Biggest 2 Australian telcos join broadband rollout
(AP) -- Australia's two largest telecommunications companies signed lucrative deals with the government to join the rollout of a fiber optic national broadband network that will be among the world's fastest.
Telstra Corp. and Optus Pty. Ltd. - which combined represent 60 percent of Australia's retail broadband market, signed separate deals with the government Thursday to close down their own infrastructures and transfer customers to the national broadband network, known as the NBN.
The deal with Telstra, the larger company, was required under the NBN business plan to achieve the rollout at 36 billion Australian dollars ($38 billion).
Without it, NBN Co., the government-owned company that is building the super-fast network, would have had to duplicate Telstra's unrivaled infrastructure.
But the deal with Optus, a subsidiary of Singapore Telecommunications Ltd., is an added bonus that will boost customers and drive down costs, Treasurer Wayne Swan said.
"Two major telcos have now signed on with the NBN and that will mean a very strong take up of the NBN," Swan told reporters. "This will, of course, completely change the market structure in Australia."
Both deals need the approval of Australia's competition watchdog, the Australian Competition and Consumer Commission. Telstra also needs the approval of shareholders at an Oct. 18 annual meeting.
Telstra, a former government-owned monopoly that still owns the nation's aging copper wire communications infrastructure, which it leases to competitors, has agreed to progressively disconnect that infrastructure.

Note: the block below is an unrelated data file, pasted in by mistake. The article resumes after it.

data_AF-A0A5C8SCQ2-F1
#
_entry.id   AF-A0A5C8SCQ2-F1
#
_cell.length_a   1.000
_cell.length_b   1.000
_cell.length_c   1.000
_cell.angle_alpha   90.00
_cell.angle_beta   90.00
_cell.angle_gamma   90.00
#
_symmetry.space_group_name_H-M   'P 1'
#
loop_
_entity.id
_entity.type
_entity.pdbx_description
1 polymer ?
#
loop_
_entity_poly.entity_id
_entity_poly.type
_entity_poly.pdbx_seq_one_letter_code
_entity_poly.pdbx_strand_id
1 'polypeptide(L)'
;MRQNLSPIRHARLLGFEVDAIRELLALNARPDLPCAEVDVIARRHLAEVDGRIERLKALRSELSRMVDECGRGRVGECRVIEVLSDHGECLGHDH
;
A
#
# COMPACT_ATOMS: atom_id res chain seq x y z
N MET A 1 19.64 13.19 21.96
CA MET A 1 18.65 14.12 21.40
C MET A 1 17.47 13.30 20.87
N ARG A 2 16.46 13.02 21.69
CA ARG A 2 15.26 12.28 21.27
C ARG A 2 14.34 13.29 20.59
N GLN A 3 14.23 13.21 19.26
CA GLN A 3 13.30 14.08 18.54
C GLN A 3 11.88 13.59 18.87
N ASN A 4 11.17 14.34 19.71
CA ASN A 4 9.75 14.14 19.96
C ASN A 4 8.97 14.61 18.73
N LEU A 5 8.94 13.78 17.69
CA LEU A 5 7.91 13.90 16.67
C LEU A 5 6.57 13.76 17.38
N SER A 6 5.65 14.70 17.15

Telstra and the government expect the agreement to deliver AU$11 billion to Telstra over decades in replacement revenue through disconnection payments, and new revenues through payments for access to its infrastructure.
Telstra services will migrate to the NBN over its expected 10-year construction.
Telstra will also provide NBN Co. with access to other infrastructure for a period of 35 to 40 years.
Optus will progressively migrate its hybrid fiber coaxial cable (HFC) customers to the NBN starting in 2014, for which it will earn AU$800 million.
The government has already begun rolling out the network, which will deliver broadband speeds of 100 megabits per second to 90 percent of Australian homes, schools and businesses through fiber-optic cables connected directly to buildings.
The new speeds are 100 times faster than most Australians currently get - enough to watch multiple high-quality downloads of movies or television shows at once from the same connection.
A handful of countries - South Korea, Japan, France and Germany among then - currently have comparable speeds.
The plan to make Australians one of the most wired people in the world with uniform Internet access is made more challenging by the vast and scarcely populated Outback, which separates the major coastal cities.
The conservative opposition argues the plan is too expensive.
The opposition Liberal Party went to elections in August last year promising to deliver a smaller, slower - but much less expensive - AU$6 billion network with a range of technologies, including optical fiber, wireless and DSL.
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